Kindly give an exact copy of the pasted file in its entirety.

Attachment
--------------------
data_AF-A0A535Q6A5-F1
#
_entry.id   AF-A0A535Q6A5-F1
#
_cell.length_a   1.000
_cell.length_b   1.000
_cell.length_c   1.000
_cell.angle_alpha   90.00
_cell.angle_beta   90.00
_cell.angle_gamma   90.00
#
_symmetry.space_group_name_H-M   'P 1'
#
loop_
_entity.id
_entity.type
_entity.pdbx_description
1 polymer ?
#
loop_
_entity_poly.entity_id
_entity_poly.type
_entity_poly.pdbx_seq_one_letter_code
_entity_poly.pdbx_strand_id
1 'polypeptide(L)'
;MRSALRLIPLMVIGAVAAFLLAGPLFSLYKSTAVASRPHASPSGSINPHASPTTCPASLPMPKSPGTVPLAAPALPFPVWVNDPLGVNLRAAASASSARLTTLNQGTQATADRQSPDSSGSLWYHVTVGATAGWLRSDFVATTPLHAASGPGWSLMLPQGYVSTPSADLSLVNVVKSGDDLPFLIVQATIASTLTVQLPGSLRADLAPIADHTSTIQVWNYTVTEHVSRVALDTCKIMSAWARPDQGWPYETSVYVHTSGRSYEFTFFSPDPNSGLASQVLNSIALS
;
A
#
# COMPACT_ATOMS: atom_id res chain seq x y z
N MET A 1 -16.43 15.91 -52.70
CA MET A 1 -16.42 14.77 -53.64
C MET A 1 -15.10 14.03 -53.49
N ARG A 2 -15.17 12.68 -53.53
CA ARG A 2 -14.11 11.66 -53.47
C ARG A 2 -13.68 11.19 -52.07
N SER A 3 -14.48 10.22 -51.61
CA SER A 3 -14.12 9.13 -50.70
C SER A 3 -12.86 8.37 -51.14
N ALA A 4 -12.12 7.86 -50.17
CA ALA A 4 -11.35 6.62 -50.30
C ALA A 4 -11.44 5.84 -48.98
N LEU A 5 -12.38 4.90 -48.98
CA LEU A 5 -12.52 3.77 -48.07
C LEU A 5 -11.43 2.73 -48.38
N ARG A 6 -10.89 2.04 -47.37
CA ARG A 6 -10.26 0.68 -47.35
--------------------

data_AF-A0A535Q6A5-F1
#
_entry.id   AF-A0A535Q6A5-F1
#
_cell.length_a   1.000
_cell.length_b   1.000
_cell.length_c   1.000
_cell.angle_alpha   90.00
_cell.angle_beta   90.00
_cell.angle_gamma   90.00
#
_symmetry.space_group_name_H-M   'P 1'
#
loop_
_entity.id
_entity.type
_entity.pdbx_description
1 polymer ?
#
loop_
_entity_poly.entity_id
_entity_poly.type
_entity_poly.pdbx_seq_one_letter_code
_entity_poly.pdbx_strand_id
1 'polypeptide(L)'
;MRSALRLIPLMVIGAVAAFLLAGPLFSLYKSTAVASRPHASPSGSINPHASPTTCPASLPMPKSPGTVPLAAPALPFPVWVNDPLGVNLRAAASASSARLTTLNQGTQATADRQSPDSSGSLWYHVTVGATAGWLRSDFVATTPLHAASGPGWSLMLPQGYVSTPSADLSLVNVVKSGDDLPFLIVQATIASTLTVQLPGSLRADLAPIADHTSTIQVWNYTVTEHVSRVALDTCKIMSAWARPDQGWPYETSVYVHTSGRSYEFTFFSPDPNSGLASQVLNSIALS
;
A
#
# COMPACT_ATOMS: atom_id res chain seq x y z
N MET A 1 -16.43 15.91 -52.70
CA MET A 1 -16.42 14.77 -53.64
C MET A 1 -15.10 14.03 -53.49
N ARG A 2 -15.17 12.68 -53.53
CA ARG A 2 -14.11 11.66 -53.47
C ARG A 2 -13.68 11.19 -52.07
N SER A 3 -14.48 10.22 -51.61
CA SER A 3 -14.12 9.13 -50.70
C SER A 3 -12.86 8.37 -51.14
N ALA A 4 -12.12 7.86 -50.17
CA ALA A 4 -11.35 6.62 -50.30
C ALA A 4 -11.44 5.84 -48.98
N LEU A 5 -12.38 4.90 -48.98
CA LEU A 5 -12.52 3.77 -48.07
C LEU A 5 -11.43 2.73 -48.38
N ARG A 6 -10.89 2.04 -47.37
CA ARG A 6 -10.26 0.68 -47.35